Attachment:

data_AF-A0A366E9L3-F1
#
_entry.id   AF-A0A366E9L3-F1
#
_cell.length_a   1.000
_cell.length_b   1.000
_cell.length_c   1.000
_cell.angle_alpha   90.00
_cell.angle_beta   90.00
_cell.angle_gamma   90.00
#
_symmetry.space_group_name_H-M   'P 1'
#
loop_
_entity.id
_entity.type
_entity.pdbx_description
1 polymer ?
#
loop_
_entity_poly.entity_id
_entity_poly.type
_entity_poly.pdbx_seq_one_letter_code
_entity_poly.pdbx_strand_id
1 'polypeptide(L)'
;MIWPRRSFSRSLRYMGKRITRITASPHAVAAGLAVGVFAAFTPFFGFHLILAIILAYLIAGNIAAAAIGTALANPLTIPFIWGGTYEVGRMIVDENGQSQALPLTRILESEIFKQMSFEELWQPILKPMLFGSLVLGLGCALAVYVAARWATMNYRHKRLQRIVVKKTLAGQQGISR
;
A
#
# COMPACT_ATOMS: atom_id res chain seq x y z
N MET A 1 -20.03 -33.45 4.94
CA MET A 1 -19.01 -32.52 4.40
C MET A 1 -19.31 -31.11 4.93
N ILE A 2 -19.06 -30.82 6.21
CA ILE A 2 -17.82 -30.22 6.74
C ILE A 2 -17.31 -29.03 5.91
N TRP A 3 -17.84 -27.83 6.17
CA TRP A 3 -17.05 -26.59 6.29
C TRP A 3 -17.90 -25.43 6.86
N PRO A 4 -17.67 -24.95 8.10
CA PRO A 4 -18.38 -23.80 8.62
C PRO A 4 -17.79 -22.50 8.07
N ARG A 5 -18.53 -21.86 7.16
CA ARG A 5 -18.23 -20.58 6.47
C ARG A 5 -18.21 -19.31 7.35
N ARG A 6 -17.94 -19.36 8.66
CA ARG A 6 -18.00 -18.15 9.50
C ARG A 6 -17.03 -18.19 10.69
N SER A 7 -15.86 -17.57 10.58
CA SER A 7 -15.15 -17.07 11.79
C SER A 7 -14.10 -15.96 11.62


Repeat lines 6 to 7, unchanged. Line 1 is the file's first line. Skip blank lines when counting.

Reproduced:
_cell.length_b   1.000
_cell.length_c   1.000